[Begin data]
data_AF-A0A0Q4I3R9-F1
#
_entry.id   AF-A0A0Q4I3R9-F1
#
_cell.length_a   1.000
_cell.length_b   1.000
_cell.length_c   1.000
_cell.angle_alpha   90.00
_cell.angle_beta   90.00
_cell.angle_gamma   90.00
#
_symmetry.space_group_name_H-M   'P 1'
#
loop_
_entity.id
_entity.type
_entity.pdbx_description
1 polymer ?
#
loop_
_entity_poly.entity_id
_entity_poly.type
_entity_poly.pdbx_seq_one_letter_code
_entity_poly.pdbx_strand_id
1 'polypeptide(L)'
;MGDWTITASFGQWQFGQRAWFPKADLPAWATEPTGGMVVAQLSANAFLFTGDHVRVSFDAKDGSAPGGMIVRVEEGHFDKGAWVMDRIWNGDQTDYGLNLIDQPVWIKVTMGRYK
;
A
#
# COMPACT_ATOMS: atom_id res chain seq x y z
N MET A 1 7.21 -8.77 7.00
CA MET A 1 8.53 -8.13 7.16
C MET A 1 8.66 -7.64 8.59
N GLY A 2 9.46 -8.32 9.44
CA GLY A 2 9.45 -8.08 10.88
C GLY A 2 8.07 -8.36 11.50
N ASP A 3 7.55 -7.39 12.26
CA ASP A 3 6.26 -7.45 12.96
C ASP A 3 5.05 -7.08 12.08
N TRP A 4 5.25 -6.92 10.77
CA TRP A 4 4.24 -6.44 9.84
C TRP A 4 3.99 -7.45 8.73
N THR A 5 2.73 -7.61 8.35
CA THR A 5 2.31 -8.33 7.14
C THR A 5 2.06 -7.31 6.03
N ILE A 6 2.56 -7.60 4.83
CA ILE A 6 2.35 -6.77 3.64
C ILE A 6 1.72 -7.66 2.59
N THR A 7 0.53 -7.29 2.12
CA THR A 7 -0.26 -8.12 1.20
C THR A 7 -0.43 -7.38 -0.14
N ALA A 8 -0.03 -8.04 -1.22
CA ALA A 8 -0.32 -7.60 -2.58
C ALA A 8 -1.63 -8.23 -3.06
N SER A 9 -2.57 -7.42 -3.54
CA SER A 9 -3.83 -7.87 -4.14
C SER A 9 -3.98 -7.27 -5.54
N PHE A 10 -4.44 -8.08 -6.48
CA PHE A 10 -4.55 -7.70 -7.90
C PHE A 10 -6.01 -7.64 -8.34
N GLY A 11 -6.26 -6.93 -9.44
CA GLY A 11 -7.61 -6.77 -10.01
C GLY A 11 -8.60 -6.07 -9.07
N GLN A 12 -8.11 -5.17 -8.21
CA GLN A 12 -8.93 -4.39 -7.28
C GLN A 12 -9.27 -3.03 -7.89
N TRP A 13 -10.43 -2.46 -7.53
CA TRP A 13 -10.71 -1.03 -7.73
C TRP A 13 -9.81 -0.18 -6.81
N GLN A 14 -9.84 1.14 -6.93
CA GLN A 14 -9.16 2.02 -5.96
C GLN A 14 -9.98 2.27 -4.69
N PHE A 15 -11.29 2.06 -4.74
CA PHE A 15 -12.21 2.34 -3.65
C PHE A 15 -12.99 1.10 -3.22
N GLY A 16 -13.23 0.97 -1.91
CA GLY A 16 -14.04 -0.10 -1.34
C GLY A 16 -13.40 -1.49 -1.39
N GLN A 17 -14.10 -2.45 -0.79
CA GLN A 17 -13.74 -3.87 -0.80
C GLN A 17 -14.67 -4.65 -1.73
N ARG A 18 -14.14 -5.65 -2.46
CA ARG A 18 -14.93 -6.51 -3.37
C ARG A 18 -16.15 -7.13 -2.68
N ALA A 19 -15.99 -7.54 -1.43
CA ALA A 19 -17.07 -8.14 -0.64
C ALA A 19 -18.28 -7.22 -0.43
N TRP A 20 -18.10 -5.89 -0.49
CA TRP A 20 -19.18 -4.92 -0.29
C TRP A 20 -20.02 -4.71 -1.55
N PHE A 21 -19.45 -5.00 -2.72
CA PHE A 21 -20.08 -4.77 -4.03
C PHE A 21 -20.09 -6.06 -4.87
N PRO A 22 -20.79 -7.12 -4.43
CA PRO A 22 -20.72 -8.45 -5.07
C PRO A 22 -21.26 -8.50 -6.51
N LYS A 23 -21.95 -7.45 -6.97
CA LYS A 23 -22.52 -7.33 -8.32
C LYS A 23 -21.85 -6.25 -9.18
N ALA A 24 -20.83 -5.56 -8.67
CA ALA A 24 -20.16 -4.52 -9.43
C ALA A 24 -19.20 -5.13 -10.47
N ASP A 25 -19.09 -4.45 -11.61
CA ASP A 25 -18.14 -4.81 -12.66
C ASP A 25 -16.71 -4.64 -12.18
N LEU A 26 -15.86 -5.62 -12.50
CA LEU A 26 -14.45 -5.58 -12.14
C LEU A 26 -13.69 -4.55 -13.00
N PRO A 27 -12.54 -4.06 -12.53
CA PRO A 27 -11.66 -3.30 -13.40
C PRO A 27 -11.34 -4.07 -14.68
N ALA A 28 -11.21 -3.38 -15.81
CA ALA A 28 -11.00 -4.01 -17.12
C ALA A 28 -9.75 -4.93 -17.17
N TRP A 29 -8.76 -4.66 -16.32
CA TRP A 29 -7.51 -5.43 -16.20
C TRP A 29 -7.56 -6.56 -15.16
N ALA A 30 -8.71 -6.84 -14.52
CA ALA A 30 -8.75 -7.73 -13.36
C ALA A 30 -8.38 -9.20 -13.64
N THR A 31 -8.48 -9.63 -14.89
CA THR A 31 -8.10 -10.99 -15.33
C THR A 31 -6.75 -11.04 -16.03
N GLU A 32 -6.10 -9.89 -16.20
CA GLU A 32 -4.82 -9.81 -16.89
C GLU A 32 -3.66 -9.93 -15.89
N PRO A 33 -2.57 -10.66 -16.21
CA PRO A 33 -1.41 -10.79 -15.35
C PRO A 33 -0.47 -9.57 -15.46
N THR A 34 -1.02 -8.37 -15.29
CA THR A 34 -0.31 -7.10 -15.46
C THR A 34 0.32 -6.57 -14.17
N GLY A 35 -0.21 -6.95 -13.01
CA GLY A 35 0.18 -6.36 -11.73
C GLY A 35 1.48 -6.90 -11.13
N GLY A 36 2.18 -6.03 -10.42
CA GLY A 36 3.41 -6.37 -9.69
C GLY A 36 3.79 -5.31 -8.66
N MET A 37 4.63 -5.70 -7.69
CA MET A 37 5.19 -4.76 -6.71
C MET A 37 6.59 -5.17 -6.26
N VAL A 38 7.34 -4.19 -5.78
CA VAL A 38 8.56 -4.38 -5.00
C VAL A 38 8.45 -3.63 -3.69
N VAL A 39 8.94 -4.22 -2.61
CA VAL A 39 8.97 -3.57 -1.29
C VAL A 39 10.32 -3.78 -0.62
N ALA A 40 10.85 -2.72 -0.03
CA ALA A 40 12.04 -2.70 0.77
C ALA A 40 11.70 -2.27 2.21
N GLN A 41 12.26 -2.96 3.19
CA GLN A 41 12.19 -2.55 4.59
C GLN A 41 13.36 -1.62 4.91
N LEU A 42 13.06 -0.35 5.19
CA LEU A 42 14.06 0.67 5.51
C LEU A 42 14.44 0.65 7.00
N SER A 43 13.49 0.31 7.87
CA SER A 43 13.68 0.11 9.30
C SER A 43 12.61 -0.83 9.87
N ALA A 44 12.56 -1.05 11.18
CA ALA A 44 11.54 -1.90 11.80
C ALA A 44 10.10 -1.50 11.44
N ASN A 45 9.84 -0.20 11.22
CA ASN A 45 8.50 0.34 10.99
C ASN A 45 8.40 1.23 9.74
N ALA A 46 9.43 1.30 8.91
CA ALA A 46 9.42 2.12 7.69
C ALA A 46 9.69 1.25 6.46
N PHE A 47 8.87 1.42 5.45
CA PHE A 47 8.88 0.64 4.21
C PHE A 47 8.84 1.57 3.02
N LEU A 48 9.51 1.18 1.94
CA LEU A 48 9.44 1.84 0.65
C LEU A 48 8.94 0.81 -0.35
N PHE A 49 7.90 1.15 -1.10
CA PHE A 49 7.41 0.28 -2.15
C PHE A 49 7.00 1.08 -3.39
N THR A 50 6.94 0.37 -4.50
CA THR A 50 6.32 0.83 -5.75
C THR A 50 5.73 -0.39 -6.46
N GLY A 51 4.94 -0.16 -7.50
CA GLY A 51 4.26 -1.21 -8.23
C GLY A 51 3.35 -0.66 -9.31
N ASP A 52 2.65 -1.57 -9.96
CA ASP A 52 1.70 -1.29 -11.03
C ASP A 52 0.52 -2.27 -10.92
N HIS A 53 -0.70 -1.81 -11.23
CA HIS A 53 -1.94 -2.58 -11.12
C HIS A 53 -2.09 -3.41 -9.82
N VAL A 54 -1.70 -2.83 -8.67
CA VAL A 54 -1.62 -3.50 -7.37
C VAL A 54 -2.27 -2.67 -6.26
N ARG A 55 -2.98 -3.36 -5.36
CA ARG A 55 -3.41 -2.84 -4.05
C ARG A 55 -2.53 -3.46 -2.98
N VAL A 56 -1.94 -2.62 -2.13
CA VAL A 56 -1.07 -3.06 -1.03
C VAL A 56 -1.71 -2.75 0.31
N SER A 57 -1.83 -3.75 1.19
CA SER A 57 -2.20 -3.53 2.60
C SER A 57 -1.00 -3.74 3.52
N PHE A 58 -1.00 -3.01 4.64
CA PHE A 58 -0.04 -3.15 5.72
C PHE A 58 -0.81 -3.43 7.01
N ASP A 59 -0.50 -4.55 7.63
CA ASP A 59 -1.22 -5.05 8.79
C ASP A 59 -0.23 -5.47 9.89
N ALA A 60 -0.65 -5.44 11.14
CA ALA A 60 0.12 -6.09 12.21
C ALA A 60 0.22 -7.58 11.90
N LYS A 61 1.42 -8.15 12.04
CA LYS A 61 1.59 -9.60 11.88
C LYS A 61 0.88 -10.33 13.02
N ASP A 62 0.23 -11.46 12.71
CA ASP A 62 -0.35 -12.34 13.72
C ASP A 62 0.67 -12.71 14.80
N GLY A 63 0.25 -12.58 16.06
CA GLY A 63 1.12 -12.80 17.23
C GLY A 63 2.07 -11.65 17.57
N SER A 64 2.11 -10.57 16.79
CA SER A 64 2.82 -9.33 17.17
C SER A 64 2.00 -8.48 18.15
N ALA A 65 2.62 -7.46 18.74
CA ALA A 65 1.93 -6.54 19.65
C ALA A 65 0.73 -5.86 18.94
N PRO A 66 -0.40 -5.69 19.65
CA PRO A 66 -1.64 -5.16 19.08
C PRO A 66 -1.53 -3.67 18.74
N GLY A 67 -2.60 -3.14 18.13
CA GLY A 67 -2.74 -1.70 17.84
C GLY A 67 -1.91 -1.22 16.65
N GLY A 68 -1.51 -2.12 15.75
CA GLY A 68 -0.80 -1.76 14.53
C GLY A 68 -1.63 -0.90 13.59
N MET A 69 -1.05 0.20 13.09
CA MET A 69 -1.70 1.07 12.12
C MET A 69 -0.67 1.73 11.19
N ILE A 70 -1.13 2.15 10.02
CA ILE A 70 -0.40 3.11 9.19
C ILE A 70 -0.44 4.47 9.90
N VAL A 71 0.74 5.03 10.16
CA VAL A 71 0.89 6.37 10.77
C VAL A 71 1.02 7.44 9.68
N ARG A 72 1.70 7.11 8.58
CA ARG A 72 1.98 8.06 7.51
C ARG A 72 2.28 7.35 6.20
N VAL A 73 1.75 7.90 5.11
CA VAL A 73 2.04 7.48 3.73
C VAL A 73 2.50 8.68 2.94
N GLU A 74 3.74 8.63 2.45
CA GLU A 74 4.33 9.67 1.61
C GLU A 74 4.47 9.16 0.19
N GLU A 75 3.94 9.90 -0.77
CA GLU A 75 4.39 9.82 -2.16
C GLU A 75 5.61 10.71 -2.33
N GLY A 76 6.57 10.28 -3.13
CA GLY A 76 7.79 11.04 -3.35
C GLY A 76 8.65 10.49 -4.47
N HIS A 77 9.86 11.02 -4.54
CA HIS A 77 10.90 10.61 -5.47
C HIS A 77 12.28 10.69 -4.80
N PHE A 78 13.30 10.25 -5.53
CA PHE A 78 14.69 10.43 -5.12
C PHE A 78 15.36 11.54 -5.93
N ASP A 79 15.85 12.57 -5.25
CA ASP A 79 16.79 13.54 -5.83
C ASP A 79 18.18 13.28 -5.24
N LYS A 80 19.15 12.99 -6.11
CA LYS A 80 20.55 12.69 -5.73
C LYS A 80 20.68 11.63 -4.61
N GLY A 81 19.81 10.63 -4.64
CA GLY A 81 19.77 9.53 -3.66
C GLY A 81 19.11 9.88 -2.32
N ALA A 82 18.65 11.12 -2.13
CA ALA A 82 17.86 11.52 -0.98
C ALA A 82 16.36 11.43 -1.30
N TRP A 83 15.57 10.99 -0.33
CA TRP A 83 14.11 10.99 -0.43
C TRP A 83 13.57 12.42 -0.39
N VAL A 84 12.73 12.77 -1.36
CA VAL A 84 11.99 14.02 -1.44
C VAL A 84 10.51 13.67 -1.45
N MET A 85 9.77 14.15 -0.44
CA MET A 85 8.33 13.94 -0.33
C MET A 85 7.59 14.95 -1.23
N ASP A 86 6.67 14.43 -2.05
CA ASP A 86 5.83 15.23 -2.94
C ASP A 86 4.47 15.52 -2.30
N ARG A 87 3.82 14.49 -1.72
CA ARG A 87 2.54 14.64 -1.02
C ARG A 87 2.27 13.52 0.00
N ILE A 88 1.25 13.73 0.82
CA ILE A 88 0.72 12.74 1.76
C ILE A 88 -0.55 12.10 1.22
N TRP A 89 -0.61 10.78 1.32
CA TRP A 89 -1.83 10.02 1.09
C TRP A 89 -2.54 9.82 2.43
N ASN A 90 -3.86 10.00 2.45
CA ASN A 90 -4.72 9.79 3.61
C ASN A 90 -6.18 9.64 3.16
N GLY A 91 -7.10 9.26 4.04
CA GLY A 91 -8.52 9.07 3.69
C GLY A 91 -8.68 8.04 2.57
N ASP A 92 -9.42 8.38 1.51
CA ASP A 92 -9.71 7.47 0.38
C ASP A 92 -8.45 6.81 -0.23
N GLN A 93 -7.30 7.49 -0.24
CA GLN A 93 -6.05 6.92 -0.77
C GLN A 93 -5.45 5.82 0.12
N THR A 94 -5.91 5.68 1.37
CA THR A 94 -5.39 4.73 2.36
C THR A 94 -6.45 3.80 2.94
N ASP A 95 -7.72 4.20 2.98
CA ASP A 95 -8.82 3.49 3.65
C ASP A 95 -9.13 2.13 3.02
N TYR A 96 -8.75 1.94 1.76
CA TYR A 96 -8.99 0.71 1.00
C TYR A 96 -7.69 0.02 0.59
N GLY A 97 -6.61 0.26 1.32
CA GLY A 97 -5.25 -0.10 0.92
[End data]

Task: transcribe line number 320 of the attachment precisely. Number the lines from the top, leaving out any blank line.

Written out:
CA GLY A 97 -5.25 -0.10 0.92